Tuesday, September 27, 2011

Tend To the Wound: Your First Step to Healing

I always love to receive e-mails from readers that thank me for "getting it" and for putting their pain into words. I love it because, if I can take what was total agony for me and turn it into something positive, something that helps other people feeling the same agony, then I can almost convince myself that it was worth it. And I love it because I'm so incredibly grateful when someone puts my pain or my experience into words. It makes it real. It makes me feel less alone. It makes me feel less crazy, which is no small thing.
So I was thrilled when I read this post from Bindu Wiles. Wiles is one of those magical writers that takes our messy world and distills it with words into a thing of beauty. In this post, she shares a story that works as a perfect parable, with the moral being we must truly tend to our wounds.
At no point in my life did I need this lesson more than when I first learned of my husband's affair(s). Instead, like so many of us, I focused on the marriage. I needed to save the marriage, I believed. I needed to protect my children. I needed to protect my husband, who was having to face the consequences of his actions at work. I did exactly the opposite of what Wiles recommends. Rather than tend to the arrow in my heart, I made sure that anyone who might even witness the arrow was told that they were imagining it. I was fine. I smiled at acquaintances at the grocery store, though later I couldn't recall a word I'd said. I chatted with my kids' teachers. I assured friends who cautiously asked if I was "alright" that yes, of course I was. Just a bit tired. And each night, I begged and pleaded with my husband to explain to me why he shot the arrow.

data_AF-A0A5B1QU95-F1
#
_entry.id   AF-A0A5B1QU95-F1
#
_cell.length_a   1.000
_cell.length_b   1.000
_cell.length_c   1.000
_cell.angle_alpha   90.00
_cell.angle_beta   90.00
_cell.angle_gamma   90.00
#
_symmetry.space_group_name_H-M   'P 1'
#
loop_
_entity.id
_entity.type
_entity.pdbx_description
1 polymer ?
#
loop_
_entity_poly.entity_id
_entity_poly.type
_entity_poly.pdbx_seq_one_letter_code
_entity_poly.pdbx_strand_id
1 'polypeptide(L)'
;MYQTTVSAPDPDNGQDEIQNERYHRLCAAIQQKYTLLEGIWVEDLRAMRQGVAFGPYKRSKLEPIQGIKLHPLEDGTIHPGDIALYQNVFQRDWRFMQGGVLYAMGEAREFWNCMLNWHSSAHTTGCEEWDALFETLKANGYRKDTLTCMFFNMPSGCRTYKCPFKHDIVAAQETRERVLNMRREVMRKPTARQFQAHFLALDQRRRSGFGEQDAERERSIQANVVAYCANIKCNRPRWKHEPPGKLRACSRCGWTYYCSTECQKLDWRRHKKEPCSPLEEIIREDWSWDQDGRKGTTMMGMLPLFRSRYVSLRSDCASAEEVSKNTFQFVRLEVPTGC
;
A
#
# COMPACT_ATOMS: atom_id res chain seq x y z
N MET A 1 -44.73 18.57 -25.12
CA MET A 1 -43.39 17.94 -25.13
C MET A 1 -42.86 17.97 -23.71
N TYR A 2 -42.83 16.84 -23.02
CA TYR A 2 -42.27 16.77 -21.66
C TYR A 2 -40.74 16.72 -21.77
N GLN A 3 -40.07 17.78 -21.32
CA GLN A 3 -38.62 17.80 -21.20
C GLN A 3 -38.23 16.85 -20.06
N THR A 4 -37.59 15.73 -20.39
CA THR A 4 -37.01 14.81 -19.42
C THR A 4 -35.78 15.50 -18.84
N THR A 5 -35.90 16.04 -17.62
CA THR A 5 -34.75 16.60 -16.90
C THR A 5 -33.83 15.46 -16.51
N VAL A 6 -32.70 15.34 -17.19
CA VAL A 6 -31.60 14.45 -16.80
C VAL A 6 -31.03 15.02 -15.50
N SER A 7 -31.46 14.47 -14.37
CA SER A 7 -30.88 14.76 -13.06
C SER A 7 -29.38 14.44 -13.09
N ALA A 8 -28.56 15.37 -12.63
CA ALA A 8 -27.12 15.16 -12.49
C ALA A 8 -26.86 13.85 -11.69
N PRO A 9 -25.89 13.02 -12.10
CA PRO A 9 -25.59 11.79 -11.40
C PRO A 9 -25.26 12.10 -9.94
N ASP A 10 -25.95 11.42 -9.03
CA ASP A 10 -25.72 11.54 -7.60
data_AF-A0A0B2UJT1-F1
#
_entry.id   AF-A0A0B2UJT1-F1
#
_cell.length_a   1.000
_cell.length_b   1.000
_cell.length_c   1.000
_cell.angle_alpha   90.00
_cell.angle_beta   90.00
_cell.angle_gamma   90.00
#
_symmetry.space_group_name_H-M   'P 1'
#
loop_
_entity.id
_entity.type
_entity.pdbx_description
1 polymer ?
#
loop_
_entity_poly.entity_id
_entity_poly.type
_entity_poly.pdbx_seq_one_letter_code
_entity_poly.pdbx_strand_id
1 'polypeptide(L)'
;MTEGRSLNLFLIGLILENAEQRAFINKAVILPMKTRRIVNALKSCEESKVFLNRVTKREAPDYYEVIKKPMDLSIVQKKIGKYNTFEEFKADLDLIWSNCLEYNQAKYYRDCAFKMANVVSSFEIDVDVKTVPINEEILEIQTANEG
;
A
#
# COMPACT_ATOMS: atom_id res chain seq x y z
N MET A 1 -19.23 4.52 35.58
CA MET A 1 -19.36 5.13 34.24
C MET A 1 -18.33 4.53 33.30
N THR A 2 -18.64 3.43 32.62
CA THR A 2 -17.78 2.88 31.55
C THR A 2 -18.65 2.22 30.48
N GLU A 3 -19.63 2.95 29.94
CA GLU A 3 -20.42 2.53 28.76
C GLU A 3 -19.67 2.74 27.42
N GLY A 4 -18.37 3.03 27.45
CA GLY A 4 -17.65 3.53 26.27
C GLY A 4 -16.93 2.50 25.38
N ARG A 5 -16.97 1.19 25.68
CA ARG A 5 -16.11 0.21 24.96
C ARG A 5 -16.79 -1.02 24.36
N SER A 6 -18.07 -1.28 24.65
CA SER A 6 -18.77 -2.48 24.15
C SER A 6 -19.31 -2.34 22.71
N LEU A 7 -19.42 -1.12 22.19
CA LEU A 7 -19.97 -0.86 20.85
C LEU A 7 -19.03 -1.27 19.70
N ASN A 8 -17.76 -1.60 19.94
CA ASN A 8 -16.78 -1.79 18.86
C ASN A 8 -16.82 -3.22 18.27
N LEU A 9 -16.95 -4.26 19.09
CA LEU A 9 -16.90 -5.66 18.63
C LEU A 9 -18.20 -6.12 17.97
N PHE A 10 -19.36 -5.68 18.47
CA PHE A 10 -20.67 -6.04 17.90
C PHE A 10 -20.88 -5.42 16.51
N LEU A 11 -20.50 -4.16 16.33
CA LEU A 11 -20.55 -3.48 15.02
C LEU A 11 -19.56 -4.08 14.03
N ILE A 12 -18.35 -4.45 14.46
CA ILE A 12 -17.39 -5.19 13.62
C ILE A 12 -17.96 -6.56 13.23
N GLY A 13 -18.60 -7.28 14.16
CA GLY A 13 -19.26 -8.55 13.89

In hindsight, I should have closed out the world as best I could and tended to the arrow.
And though it's a lesson I didn't learn then, as fate would have it, I can learn it now. As our new marriage counsellor recently informed my husband and I, we haven't even begun our "recovery work."
For weeks now, we've sat in her office, me with an arrow in my heart, my husband holding the bow...and talked about anything but. We've talked about division of labor. We've talked about respect. We've talked about our renovations until my head was going to explode. And then last week, I brought up the arrow. And at that point she looked at both of us and said, "we haven't even begun..."
No surprise to me. The wound around the arrow has grown tough. But recently it has started to hurt again. I've felt hopeless and helpless. Wounded and weak.
I should have tended my wounds better back then.
But I can tend them now. And I will.
I hope you will, too.


18 comments:

  1. I am one of the wounded your posts have healed and validated. I am so sorry that you are going through this prolonged agony. I wish you well in your healing journey. One of the so-called "gifts" of this agonizing journey has been the wisdom I am gleaning from others' pain.

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  2. Thank-you. So glad to know that you feel healed and validated. Hallelujah for that!
    I hope you all know how much joy I gain from the conversations that take place on this site.